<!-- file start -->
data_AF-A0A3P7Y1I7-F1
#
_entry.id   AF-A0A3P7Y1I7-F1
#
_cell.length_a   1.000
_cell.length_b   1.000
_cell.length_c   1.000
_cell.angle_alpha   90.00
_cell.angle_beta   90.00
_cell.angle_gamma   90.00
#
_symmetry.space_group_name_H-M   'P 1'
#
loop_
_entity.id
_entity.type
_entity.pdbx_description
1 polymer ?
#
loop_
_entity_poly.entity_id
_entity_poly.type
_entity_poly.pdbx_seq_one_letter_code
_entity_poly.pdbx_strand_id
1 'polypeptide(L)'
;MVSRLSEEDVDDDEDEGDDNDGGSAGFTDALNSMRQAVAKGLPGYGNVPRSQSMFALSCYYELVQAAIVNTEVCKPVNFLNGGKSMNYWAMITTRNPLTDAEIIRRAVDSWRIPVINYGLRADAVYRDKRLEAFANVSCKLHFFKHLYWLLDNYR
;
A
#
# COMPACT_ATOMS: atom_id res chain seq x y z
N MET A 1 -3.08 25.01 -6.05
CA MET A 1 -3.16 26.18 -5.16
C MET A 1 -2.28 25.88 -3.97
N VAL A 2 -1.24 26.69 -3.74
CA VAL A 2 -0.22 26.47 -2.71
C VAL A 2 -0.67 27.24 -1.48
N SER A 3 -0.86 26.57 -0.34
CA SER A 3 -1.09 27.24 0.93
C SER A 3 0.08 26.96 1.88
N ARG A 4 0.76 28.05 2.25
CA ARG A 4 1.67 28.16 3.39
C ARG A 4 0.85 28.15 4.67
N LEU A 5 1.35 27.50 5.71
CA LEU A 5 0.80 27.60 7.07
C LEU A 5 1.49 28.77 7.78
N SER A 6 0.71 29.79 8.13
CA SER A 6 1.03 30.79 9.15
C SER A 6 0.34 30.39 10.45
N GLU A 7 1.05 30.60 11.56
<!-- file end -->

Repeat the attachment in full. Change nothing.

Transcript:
data_AF-A0A3P7Y1I7-F1
#
_entry.id   AF-A0A3P7Y1I7-F1
#
_cell.length_a   1.000
_cell.length_b   1.000
_cell.length_c   1.000
_cell.angle_alpha   90.00
_cell.angle_beta   90.00
_cell.angle_gamma   90.00
#
_symmetry.space_group_name_H-M   'P 1'
#
loop_
_entity.id
_entity.type
_entity.pdbx_description
1 polymer ?
#
loop_
_entity_poly.entity_id
_entity_poly.type
_entity_poly.pdbx_seq_one_letter_code
_entity_poly.pdbx_strand_id
1 'polypeptide(L)'
;MVSRLSEEDVDDDEDEGDDNDGGSAGFTDALNSMRQAVAKGLPGYGNVPRSQSMFALSCYYELVQAAIVNTEVCKPVNFLNGGKSMNYWAMITTRNPLTDAEIIRRAVDSWRIPVINYGLRADAVYRDKRLEAFANVSCKLHFFKHLYWLLDNYR
;
A
#
# COMPACT_ATOMS: atom_id res chain seq x y z
N MET A 1 -3.08 25.01 -6.05
CA MET A 1 -3.16 26.18 -5.16
C MET A 1 -2.28 25.88 -3.97
N VAL A 2 -1.24 26.69 -3.74
CA VAL A 2 -0.22 26.47 -2.71
C VAL A 2 -0.67 27.24 -1.48
N SER A 3 -0.86 26.57 -0.34
CA SER A 3 -1.09 27.24 0.93
C SER A 3 0.08 26.96 1.88
N ARG A 4 0.76 28.05 2.25
CA ARG A 4 1.67 28.16 3.39
C ARG A 4 0.85 28.15 4.67
N LEU A 5 1.35 27.50 5.71
CA LEU A 5 0.80 27.60 7.07
C LEU A 5 1.49 28.77 7.78
N SER A 6 0.71 29.79 8.13
CA SER A 6 1.03 30.79 9.15
C SER A 6 0.34 30.39 10.45
N GLU A 7 1.05 30.60 11.56